Christmas - Homily 4

 Homily 4 - 2015

When I was down at the Royal Commission the week before last, I raised the question whether, if not all of us priests were celibate but some of us at least had raised our own families, we might have been more sensitive, as a group, to the children who were abused, and to what and how much they suffered. I also raised the issue whether, if women had shared in positions of management in the Church’s structures, the way we responded to the crisis might have been decidedly more effective. The power of the cultures and sub-cultures in which we are immersed [in the case of us priests the clerical culture we simply take for granted] can effect significantly how much we mature and certainly what we see and do not see. However, it is not abuse that I want to talk about tonight. Rather it is about the much broader issue of what we see and to not see, what we notice and what we do not, in general.

As Christians we do not just believe in God. We believe in God-with-us, Emmanuel, not moving around invisibly, as it were, but God alive and three-dimensional in creation, God, the one in whom we live and move and have our being, the God who even became human in Christ [whose birthday we choose to celebrate this night]. More than that! Because of Christ’s birth as man, and his subsequent death and resurrection to new life, we believe that each of us has been christened – christed!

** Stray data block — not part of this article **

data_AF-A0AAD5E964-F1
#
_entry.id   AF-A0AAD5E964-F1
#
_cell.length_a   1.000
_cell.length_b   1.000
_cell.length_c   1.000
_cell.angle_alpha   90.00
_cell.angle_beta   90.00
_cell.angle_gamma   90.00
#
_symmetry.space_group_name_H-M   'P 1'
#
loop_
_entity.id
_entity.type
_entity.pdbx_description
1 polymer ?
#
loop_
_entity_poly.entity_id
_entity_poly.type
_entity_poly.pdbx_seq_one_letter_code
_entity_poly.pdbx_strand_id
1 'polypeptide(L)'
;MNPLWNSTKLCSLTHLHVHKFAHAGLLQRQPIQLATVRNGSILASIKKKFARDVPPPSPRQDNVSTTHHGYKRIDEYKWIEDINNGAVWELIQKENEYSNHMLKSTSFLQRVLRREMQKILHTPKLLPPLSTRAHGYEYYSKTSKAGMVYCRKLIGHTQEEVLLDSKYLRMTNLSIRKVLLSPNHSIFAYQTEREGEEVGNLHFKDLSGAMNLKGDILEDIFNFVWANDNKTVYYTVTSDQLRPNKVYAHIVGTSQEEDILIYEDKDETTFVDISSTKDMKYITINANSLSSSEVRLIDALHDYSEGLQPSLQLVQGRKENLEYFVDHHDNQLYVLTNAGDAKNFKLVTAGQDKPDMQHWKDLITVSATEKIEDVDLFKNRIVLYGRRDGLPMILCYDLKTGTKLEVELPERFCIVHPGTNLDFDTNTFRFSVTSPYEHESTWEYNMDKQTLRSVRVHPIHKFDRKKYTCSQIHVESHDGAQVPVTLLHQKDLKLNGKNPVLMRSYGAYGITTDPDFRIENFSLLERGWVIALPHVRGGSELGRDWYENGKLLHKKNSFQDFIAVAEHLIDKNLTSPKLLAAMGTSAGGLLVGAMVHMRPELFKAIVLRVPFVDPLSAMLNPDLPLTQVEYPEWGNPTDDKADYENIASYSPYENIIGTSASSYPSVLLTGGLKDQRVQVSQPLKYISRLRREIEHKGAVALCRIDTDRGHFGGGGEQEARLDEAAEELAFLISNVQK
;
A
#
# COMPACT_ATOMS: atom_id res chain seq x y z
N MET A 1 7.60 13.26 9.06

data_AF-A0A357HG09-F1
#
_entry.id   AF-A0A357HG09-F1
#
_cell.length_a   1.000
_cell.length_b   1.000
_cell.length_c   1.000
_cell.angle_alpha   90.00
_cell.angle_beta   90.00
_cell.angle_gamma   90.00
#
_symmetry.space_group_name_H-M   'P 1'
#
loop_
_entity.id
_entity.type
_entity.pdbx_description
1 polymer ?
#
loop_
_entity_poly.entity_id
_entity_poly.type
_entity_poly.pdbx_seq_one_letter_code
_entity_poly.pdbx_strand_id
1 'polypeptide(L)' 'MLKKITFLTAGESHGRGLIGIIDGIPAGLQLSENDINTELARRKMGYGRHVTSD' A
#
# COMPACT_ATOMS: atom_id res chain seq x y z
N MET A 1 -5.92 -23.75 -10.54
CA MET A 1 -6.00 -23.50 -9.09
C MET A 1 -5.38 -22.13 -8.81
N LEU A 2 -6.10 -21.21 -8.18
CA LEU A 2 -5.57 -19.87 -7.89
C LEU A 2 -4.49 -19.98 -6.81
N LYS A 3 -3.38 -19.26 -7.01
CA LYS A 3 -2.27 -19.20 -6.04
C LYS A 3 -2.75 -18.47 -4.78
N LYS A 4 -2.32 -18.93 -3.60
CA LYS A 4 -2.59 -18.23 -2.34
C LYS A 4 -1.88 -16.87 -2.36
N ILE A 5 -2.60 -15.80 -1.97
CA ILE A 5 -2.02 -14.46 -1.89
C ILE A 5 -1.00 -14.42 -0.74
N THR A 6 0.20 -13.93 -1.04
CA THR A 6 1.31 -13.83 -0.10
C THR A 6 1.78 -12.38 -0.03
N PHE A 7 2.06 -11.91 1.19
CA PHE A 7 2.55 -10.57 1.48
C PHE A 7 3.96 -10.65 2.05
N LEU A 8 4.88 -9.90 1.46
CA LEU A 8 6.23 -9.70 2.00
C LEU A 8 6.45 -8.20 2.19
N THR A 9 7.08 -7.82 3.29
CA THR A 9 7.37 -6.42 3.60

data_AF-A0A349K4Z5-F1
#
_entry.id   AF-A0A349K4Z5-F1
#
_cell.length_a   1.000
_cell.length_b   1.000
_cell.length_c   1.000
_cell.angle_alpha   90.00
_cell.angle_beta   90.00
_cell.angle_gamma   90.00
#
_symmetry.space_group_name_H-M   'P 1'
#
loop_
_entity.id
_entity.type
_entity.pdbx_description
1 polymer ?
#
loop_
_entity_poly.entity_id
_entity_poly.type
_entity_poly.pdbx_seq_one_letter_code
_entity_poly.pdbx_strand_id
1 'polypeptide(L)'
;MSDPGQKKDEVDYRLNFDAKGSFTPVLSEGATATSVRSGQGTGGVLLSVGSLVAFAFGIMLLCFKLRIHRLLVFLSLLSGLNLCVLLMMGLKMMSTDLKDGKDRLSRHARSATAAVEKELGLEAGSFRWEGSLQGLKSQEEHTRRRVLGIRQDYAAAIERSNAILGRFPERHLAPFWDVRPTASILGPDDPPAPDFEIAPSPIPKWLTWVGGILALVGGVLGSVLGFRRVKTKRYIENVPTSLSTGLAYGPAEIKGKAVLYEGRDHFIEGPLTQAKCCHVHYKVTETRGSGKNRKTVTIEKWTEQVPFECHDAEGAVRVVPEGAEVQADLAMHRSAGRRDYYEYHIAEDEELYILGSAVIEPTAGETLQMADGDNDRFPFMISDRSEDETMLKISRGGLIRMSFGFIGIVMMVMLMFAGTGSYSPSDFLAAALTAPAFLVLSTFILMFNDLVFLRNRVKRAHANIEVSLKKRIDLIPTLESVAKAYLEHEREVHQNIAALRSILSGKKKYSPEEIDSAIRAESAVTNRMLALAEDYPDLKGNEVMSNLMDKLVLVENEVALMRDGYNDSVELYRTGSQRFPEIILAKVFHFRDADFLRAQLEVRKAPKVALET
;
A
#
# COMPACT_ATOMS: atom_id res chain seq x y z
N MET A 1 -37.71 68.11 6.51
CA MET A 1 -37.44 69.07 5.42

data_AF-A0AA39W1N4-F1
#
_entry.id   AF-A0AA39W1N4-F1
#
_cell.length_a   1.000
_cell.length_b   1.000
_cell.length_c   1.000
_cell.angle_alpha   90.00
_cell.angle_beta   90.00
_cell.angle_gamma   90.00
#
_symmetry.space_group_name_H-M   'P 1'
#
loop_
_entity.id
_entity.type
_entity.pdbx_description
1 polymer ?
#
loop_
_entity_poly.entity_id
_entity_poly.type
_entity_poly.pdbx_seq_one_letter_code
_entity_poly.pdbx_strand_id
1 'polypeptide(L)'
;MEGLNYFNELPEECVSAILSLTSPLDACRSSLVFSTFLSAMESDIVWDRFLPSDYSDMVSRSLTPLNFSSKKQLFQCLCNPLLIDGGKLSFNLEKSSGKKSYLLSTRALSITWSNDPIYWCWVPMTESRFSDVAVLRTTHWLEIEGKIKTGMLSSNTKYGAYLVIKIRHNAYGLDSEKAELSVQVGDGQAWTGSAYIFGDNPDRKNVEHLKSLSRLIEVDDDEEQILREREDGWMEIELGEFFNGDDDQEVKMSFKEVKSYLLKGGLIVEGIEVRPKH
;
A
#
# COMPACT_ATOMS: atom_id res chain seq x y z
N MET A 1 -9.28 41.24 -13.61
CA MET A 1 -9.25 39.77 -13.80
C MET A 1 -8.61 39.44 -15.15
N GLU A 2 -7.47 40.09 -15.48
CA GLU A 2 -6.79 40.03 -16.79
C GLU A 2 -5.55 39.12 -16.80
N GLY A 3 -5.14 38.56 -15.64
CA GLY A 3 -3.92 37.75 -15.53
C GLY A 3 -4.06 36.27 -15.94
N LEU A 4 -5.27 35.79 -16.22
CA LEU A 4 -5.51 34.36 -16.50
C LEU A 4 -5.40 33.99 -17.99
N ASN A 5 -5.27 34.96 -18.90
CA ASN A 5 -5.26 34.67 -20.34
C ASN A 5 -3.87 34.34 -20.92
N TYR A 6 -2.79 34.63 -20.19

How can we talk about mystery? St Paul says we are the Body of Christ. St John’s Gospel says that our relationship to Christ is like that of branches to a vine. We live in Christ; Christ lives in us. We might not understand. But we can sit with it in silence, and quietly let ourselves be stunned. We can begin truly to see ourselves. We can begin truly to see others, each other – to see through the familiar mesmerising appearances to the reality.

Who saw the divinity in the Christ child? Did his mother? And, if she did, did she see it straightway? or did it take time for the truth to dawn, for her eyes to see? I read somewhere recently that the best context in which to find Christ is not monastic. It is domestic. There is no need to envy the Judean shepherds who, as Luke’s story went, saw the baby in the manger. We can learn to see him in each other – and we no not need to kid ourselves.

I shall read a poem to finish off. It was written by Gerard Manley Hopkins. His use of language is unusual, but his insights are wonderful:

As kingfishers catch fire, dragonflies draw flame;

As tumbled over rim in roundy wells

Stones ring; like each tucked string tells, each hung bell's

Bow swung finds tongue to fling out broad its name;

Each mortal thing does one thing and the same:

Deals out that being indoors each one dwells;

Selves — goes itself; myself it speaks and spells,

Crying Whát I dó is me: for that I came.


I say móre: the just man justices;

Keeps grace: thát keeps all his goings graces;

Acts in God's eye what in God's eye he is —

Chríst — for Christ plays in ten thousand places,

Lovely in limbs, and lovely in eyes not his

To the Father through the features of men's faces.

As I look downs the Church, I do not see Christ playing in ten thousand places, but, if I truly open my eyes, I see him playing to the Father through the features of your faces.

Thank God for the Incarnation! And Happy Christmas to you all!